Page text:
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Case Basics
Docket No. 
Susan B. Anthony List
Steven Driehaus
Decided By 
(for the petitioner)
(Assistant to the Solicitor General, Department of Justice, for the United States as amicus curiae supporting the petitioner)
Facts of the Case 

Prior to the 2010 general election, Susan B. Anthony List (SBA List), a nonprofit, pro-life organization, announced that it intended to put up a billboard in the district of then-Congressman Steven Driehaus. The planned billboard would have asserted that Driehaus’s vote in favor of the Affordable Care Act amounted to a vote in favor of taxpayer-funded abortion. Citing threats of legal action by Driehaus’s counsel, the company that owned the billboard space refused to put up the ad. Driehaus filed a complaint with the Ohio Elections Commission alleging that SBA List violated Ohio’s campaign laws by making false statements about his voting record. SBA List filed an action in federal district court arguing that the Ohio statutes infringed upon its rights to free speech and association under the First Amendment. Driehaus withdrew his complaint upon losing his bid for re-election and subsequently moved to Swaziland for an assignment with the Peace Corps. The district court dismissed the suit by SBA List for lack of standing and ripeness. The U.S. Court of Appeals for the Sixth Circuit affirmed.


(1) Did the U.S. Court of Appeals for the Sixth Circuit err in holding that the advertising company’s rejection of the proposed billboard and the Commission’s actions against SBA List do not demonstrate an imminent threat of future prosecution sufficient to establish ripeness under Article III?

(2) Did the U.S. Court of Appeals for the Sixth Circuit err in holding that state laws prohibiting false political speech are not subject to pre-enforcement First Amendment review as long as the speaker maintains that the statements are factually true?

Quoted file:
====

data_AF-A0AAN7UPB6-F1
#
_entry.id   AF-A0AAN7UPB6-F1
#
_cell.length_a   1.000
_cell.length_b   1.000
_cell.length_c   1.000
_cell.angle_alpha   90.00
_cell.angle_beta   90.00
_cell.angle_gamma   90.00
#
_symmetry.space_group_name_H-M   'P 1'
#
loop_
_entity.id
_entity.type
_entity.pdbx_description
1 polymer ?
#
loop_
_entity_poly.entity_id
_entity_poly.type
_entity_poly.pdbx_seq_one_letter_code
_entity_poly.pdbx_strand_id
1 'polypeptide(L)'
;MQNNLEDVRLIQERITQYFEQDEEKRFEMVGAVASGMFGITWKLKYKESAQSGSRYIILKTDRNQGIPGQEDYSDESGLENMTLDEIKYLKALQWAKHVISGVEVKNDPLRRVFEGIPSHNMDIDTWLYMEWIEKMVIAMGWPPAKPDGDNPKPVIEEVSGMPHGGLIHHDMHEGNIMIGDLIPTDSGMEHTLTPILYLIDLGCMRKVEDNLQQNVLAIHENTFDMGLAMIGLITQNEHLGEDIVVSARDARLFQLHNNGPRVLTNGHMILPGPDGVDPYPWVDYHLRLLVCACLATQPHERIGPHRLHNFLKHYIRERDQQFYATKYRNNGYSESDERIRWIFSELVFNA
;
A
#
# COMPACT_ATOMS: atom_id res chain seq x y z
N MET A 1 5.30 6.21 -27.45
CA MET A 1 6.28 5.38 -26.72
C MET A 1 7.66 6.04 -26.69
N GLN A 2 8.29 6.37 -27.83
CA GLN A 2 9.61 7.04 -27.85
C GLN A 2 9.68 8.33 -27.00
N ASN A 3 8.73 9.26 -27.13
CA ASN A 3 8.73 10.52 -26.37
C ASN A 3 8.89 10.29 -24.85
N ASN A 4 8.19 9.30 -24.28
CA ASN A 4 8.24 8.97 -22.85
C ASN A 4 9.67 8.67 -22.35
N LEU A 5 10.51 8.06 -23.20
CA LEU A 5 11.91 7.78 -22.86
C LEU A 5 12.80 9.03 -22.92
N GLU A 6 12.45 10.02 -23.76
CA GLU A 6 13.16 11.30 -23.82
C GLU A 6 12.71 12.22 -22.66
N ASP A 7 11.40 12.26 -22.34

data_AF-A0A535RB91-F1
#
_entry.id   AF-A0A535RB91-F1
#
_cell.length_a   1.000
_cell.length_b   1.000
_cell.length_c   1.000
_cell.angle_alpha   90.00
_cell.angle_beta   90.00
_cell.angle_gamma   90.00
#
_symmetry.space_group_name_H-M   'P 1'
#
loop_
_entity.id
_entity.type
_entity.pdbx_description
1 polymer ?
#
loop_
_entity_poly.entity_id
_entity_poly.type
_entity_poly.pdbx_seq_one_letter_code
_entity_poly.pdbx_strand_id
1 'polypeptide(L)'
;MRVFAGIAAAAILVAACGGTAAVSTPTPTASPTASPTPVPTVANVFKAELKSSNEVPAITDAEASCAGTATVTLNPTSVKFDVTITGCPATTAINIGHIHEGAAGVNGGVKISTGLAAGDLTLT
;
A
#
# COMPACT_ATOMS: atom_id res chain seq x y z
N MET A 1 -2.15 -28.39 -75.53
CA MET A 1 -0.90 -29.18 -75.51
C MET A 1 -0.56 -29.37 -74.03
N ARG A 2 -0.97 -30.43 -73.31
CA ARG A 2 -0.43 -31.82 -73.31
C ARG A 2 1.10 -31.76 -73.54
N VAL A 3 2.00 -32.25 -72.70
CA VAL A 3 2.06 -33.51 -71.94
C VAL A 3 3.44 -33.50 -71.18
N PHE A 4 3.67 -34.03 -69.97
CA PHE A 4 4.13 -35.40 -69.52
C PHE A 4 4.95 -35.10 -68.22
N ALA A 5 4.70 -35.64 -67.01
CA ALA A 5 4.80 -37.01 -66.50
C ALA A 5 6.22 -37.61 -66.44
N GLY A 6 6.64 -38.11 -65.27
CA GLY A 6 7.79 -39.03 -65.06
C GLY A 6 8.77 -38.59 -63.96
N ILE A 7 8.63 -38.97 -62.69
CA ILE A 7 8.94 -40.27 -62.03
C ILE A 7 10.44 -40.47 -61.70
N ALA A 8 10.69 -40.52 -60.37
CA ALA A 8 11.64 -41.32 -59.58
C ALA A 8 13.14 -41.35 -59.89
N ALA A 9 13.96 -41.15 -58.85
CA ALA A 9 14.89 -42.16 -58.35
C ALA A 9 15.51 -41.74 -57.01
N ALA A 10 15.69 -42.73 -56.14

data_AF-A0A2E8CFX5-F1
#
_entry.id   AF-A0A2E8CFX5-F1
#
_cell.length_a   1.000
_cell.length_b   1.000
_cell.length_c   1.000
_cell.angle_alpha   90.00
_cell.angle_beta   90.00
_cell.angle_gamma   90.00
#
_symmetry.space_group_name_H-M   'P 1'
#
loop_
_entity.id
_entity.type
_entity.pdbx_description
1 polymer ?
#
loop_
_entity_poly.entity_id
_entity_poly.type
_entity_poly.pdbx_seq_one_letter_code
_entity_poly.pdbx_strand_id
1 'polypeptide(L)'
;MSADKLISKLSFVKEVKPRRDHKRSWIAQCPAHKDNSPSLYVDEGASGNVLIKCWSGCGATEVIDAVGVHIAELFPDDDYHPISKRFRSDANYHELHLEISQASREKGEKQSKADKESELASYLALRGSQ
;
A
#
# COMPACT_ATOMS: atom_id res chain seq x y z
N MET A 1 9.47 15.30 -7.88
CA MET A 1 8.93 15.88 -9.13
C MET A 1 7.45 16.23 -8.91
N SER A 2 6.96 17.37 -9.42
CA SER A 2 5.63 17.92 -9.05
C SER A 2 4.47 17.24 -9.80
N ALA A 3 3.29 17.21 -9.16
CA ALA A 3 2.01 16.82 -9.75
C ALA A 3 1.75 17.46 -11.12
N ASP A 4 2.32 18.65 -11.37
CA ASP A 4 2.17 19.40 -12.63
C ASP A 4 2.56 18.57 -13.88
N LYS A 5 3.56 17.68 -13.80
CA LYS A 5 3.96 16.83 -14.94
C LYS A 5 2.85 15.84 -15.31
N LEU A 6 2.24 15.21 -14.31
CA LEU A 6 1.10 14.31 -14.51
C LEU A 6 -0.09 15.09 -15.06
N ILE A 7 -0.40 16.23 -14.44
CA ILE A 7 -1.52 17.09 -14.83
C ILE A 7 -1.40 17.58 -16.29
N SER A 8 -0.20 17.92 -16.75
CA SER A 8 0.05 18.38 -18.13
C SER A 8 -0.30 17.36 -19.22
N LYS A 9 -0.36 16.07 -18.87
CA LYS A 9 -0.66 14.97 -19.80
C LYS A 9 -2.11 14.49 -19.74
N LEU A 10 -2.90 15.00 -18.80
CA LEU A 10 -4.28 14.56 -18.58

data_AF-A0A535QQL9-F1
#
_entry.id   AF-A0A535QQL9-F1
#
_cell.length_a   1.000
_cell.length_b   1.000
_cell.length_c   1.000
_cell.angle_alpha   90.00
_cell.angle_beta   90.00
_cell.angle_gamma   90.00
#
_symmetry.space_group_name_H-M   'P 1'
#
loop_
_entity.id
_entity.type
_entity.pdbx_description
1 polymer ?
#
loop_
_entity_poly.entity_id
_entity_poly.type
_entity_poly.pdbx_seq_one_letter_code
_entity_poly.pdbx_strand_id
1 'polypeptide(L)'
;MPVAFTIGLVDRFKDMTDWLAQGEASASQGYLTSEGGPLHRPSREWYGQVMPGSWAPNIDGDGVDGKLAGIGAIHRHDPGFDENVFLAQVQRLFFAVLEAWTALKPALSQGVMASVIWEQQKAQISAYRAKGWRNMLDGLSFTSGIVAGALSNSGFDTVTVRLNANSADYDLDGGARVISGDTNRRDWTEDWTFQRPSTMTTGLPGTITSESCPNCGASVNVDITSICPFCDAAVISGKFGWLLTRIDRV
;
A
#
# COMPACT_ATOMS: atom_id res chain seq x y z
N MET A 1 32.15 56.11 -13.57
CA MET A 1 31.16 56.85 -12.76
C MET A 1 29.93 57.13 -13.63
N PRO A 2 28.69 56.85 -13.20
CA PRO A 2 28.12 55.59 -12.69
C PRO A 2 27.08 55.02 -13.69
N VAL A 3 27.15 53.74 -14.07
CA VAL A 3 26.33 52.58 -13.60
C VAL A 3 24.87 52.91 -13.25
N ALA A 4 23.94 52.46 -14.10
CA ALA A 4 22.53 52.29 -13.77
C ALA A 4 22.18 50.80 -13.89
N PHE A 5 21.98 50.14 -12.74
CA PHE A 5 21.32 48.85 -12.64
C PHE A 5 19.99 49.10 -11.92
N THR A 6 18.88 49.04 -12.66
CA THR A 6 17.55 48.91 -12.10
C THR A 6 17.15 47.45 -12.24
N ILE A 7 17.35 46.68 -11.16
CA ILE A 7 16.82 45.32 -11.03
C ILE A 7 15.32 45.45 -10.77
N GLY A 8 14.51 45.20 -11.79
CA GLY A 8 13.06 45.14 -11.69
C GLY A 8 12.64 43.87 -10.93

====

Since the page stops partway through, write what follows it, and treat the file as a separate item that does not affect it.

Decision: 9 votes for Susan B. Anthony List, 0 vote(s) against
Legal provision: Article III, Constitution (justiciability)

Yes. Justice Clarence Thomas wrote the opinion for the unanimous Court. The Court held that pre-enforcement challenges are justiciable when circumstances indicate that threatened enforcement of the statute is sufficiently imminent. If the threatened enforcement is sufficiently imminent, the petitioners have alleged sufficient injury for Article III standing and justiciability. In this case, the petitioners’ political speech focused on the issue of support for the Affordable Care Act, not simply on Driehaus, and thus was likely to continue despite Driehaus’ departure. The Court determined that there was a threat of future enforcement even though petitioners maintained their statements were true. Moreover, because the respondents did not disavow enforcement if petitioners carried out their speech in the future, the Court held that the prospect of enforcement was not “imaginary or speculative” and that petitioners had shown sufficient injury for pre-enforcement review. The Court also held that the petitioners’ suit was prudentially ripe because their challenge was purely legal, the issue would not be clarified by future factual development, and denying prompt judicial review would force them to choose between refraining from political speech or risking burdensome Commission proceedings and criminal prosecution.

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SUSAN B. ANTHONY LIST v. DRIEHAUS. The Oyez Project at IIT Chicago-Kent College of Law. 03 September 2015. <>.
SUSAN B. ANTHONY LIST v. DRIEHAUS, The Oyez Project at IIT Chicago-Kent College of Law, (last visited September 3, 2015).
"SUSAN B. ANTHONY LIST v. DRIEHAUS," The Oyez Project at IIT Chicago-Kent College of Law, accessed September 3, 2015,